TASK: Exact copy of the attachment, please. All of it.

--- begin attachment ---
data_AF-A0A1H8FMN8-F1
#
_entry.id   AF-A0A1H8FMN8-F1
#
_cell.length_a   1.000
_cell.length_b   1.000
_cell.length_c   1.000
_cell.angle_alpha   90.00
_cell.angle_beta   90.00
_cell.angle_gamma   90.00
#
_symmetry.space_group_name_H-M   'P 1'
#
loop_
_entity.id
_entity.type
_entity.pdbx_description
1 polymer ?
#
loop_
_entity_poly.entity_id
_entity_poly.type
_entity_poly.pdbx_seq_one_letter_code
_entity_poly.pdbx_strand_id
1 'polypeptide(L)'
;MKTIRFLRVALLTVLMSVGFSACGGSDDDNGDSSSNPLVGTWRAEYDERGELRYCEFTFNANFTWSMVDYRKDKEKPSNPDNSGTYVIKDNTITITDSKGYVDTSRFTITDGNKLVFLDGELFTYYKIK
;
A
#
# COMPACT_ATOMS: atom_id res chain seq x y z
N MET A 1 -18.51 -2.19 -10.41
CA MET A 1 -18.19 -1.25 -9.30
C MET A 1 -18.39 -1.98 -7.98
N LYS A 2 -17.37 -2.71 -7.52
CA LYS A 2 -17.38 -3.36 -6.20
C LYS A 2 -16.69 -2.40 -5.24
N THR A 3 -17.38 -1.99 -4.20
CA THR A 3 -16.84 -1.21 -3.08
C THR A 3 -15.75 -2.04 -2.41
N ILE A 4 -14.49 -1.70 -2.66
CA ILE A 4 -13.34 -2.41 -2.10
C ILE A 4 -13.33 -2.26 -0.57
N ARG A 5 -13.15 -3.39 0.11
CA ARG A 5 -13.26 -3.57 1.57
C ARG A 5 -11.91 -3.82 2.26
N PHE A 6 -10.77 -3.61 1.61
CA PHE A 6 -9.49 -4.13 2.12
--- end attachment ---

data_AF-A0A1H8FMN8-F1
#
_entry.id   AF-A0A1H8FMN8-F1
#
_cell.length_a   1.000
_cell.length_b   1.000
_cell.length_c   1.000
_cell.angle_alpha   90.00
_cell.angle_beta   90.00
_cell.angle_gamma   90.00
#
_symmetry.space_group_name_H-M   'P 1'
#
loop_
_entity.id
_entity.type
_entity.pdbx_description
1 polymer ?
#
loop_
_entity_poly.entity_id
_entity_poly.type
_entity_poly.pdbx_seq_one_letter_code
_entity_poly.pdbx_strand_id
1 'polypeptide(L)'
;MKTIRFLRVALLTVLMSVGFSACGGSDDDNGDSSSNPLVGTWRAEYDERGELRYCEFTFNANFTWSMVDYRKDKEKPSNPDNSGTYVIKDNTITITDSKGYVDTSRFTITDGNKLVFLDGELFTYYKIK
;
A
#
# COMPACT_ATOMS: atom_id res chain seq x y z
N MET A 1 -18.51 -2.19 -10.41
CA MET A 1 -18.19 -1.25 -9.30
C MET A 1 -18.39 -1.98 -7.98
N LYS A 2 -17.37 -2.71 -7.52
CA LYS A 2 -17.38 -3.36 -6.20
C LYS A 2 -16.69 -2.40 -5.24
N THR A 3 -17.38 -1.99 -4.20
CA THR A 3 -16.84 -1.21 -3.08
C THR A 3 -15.75 -2.04 -2.41
N ILE A 4 -14.49 -1.70 -2.66
CA ILE A 4 -13.34 -2.41 -2.10
C ILE A 4 -13.33 -2.26 -0.57
N ARG A 5 -13.15 -3.39 0.11
CA ARG A 5 -13.26 -3.57 1.57
C ARG A 5 -11.91 -3.82 2.26
N PHE A 6 -10.77 -3.61 1.61
CA PHE A 6 -9.49 -4.13 2.12